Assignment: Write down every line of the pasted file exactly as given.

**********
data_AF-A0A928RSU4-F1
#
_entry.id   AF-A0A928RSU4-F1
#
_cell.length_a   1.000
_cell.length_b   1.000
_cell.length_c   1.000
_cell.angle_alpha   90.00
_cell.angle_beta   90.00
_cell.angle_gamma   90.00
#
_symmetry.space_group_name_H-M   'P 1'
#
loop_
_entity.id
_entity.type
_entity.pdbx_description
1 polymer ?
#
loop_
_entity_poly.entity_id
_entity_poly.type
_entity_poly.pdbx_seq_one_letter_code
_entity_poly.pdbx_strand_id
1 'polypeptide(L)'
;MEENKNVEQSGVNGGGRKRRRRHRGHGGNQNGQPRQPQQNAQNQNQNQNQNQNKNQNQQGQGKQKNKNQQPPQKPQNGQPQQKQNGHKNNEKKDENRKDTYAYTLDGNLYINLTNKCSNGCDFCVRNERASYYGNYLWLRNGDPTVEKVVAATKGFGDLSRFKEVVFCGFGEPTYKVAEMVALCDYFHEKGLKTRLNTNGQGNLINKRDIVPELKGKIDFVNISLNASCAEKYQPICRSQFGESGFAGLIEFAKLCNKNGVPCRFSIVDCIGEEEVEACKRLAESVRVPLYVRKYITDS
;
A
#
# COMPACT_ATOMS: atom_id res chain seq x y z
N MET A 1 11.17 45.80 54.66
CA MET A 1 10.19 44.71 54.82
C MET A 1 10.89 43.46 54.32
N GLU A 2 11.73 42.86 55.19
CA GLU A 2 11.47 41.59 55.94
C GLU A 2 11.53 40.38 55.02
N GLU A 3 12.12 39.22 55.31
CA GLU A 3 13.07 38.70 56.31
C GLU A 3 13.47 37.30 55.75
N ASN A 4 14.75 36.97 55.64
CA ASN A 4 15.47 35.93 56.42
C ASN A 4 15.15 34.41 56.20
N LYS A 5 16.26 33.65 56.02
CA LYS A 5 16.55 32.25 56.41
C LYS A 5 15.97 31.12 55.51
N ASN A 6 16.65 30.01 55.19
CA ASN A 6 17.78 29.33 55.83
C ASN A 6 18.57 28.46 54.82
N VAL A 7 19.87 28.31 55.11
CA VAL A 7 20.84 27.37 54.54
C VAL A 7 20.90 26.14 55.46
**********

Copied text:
data_AF-A0A928RSU4-F1
#
_entry.id   AF-A0A928RSU4-F1
#
_cell.length_a   1.000
_cell.length_b   1.000
_cell.length_c   1.000
_cell.angle_alpha   90.00
_cell.angle_beta   90.00
_cell.angle_gamma   90.00
#
_symmetry.space_group_name_H-M   'P 1'
#
loop_
_entity.id
_entity.type
_entity.pdbx_description
1 polymer ?
#
loop_
_entity_poly.entity_id
_entity_poly.type
_entity_poly.pdbx_seq_one_letter_code
_entity_poly.pdbx_strand_id
1 'polypeptide(L)'
;MEENKNVEQSGVNGGGRKRRRRHRGHGGNQNGQPRQPQQNAQNQNQNQNQNQNKNQNQQGQGKQKNKNQQPPQKPQNGQPQQKQNGHKNNEKKDENRKDTYAYTLDGNLYINLTNKCSNGCDFCVRNERASYYGNYLWLRNGDPTVEKVVAATKGFGDLSRFKEVVFCGFGEPTYKVAEMVALCDYFHEKGLKTRLNTNGQGNLINKRDIVPELKGKIDFVNISLNASCAEKYQPICRSQFGESGFAGLIEFAKLCNKNGVPCRFSIVDCIGEEEVEACKRLAESVRVPLYVRKYITDS
;
A
#
# COMPACT_ATOMS: atom_id res chain seq x y z
N MET A 1 11.17 45.80 54.66
CA MET A 1 10.19 44.71 54.82
C MET A 1 10.89 43.46 54.32
N GLU A 2 11.73 42.86 55.19
CA GLU A 2 11.47 41.59 55.94
C GLU A 2 11.53 40.38 55.02
N GLU A 3 12.12 39.22 55.31
CA GLU A 3 13.07 38.70 56.31
C GLU A 3 13.47 37.30 55.75
N ASN A 4 14.75 36.97 55.64
CA ASN A 4 15.47 35.93 56.42
C ASN A 4 15.15 34.41 56.20
N LYS A 5 16.26 33.65 56.02
CA LYS A 5 16.55 32.25 56.41
C LYS A 5 15.97 31.12 55.51
N ASN A 6 16.65 30.01 55.19
CA ASN A 6 17.78 29.33 55.83
C ASN A 6 18.57 28.46 54.82
N VAL A 7 19.87 28.31 55.11
CA VAL A 7 20.84 27.37 54.54
C VAL A 7 20.90 26.14 55.46